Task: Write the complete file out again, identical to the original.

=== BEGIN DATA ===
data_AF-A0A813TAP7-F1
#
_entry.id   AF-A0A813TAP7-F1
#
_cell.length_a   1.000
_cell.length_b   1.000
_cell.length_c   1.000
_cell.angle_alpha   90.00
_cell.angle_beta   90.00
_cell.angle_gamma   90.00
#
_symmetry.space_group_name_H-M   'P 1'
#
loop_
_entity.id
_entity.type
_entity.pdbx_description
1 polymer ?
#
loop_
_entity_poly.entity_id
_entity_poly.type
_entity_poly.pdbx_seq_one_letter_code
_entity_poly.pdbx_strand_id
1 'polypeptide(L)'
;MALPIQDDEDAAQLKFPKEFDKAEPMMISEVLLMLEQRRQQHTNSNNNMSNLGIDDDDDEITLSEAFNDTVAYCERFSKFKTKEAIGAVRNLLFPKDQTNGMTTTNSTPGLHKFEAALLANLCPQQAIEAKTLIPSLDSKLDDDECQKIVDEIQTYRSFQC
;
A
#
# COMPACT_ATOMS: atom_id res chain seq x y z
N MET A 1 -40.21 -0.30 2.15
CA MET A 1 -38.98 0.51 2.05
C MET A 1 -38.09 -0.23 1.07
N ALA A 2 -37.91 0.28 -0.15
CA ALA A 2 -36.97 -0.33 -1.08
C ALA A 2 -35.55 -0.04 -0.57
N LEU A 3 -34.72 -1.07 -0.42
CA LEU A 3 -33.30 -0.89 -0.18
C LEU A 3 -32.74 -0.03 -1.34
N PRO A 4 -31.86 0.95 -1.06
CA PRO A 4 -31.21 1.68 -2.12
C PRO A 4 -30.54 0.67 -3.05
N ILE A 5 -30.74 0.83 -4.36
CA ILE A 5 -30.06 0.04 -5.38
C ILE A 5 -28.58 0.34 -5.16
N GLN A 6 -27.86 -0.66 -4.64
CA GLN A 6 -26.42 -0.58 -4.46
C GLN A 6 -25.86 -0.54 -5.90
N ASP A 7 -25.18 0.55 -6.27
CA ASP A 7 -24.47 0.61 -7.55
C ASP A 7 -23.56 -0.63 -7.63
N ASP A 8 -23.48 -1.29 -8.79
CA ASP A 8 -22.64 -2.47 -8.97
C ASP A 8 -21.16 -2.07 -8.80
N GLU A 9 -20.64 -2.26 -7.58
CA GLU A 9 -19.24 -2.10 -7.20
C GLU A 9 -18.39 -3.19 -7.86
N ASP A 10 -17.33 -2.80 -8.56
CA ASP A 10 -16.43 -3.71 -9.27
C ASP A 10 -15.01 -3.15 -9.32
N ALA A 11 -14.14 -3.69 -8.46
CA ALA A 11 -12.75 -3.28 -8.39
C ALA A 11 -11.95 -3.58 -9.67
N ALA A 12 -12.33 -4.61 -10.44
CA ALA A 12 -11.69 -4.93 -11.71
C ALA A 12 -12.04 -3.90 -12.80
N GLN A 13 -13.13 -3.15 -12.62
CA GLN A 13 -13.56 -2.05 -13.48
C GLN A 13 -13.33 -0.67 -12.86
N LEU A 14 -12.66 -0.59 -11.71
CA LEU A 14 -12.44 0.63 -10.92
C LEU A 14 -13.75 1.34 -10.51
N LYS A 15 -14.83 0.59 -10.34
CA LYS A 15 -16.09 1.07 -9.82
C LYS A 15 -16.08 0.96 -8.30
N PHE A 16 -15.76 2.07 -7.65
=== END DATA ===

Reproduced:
data_AF-A0A813TAP7-F1
#
_entry.id   AF-A0A813TAP7-F1
#
_cell.length_a   1.000
_cell.length_b   1.000
_cell.length_c   1.000
_cell.angle_alpha   90.00
_cell.angle_beta   90.00
_cell.angle_gamma   90.00
#
_symmetry.space_group_name_H-M   'P 1'
#
loop_
_entity.id
_entity.type
_entity.pdbx_description
1 polymer ?
#
loop_
_entity_poly.entity_id
_entity_poly.type
_entity_poly.pdbx_seq_one_letter_code
_entity_poly.pdbx_strand_id
1 'polypeptide(L)'
;MALPIQDDEDAAQLKFPKEFDKAEPMMISEVLLMLEQRRQQHTNSNNNMSNLGIDDDDDEITLSEAFNDTVAYCERFSKFKTKEAIGAVRNLLFPKDQTNGMTTTNSTPGLHKFEAALLANLCPQQAIEAKTLIPSLDSKLDDDECQKIVDEIQTYRSFQC
;
A
#
# COMPACT_ATOMS: atom_id res chain seq x y z
N MET A 1 -40.21 -0.30 2.15
CA MET A 1 -38.98 0.51 2.05
C MET A 1 -38.09 -0.23 1.07
N ALA A 2 -37.91 0.28 -0.15
CA ALA A 2 -36.97 -0.33 -1.08
C ALA A 2 -35.55 -0.04 -0.57
N LEU A 3 -34.72 -1.07 -0.42
CA LEU A 3 -33.30 -0.89 -0.18
C LEU A 3 -32.74 -0.03 -1.34
N PRO A 4 -31.86 0.95 -1.06
CA PRO A 4 -31.21 1.68 -2.12
C PRO A 4 -30.54 0.67 -3.05
N ILE A 5 -30.74 0.83 -4.36
CA ILE A 5 -30.06 0.04 -5.38
C ILE A 5 -28.58 0.34 -5.16
N GLN A 6 -27.86 -0.66 -4.64
CA GLN A 6 -26.42 -0.58 -4.46
C GLN A 6 -25.86 -0.54 -5.90
N ASP A 7 -25.18 0.55 -6.27
CA ASP A 7 -24.47 0.61 -7.55
C ASP A 7 -23.56 -0.63 -7.63
N ASP A 8 -23.48 -1.29 -8.79
CA ASP A 8 -22.64 -2.47 -8.97
C ASP A 8 -21.16 -2.07 -8.80
N GLU A 9 -20.64 -2.26 -7.58
CA GLU A 9 -19.24 -2.10 -7.20
C GLU A 9 -18.39 -3.19 -7.86
N ASP A 10 -17.33 -2.80 -8.56
CA ASP A 10 -16.43 -3.71 -9.27
C ASP A 10 -15.01 -3.15 -9.32
N ALA A 11 -14.14 -3.69 -8.46
CA ALA A 11 -12.75 -3.28 -8.39
C ALA A 11 -11.95 -3.58 -9.67
N ALA A 12 -12.33 -4.61 -10.44
CA ALA A 12 -11.69 -4.93 -11.71
C ALA A 12 -12.04 -3.90 -12.80
N GLN A 13 -13.13 -3.15 -12.62
CA GLN A 13 -13.56 -2.05 -13.48
C GLN A 13 -13.33 -0.67 -12.86
N LEU A 14 -12.66 -0.59 -11.71
CA LEU A 14 -12.44 0.63 -10.92
C LEU A 14 -13.75 1.34 -10.51
N LYS A 15 -14.83 0.59 -10.34
CA LYS A 15 -16.09 1.07 -9.82
C LYS A 15 -16.08 0.96 -8.30
N PHE A 16 -15.76 2.07 -7.65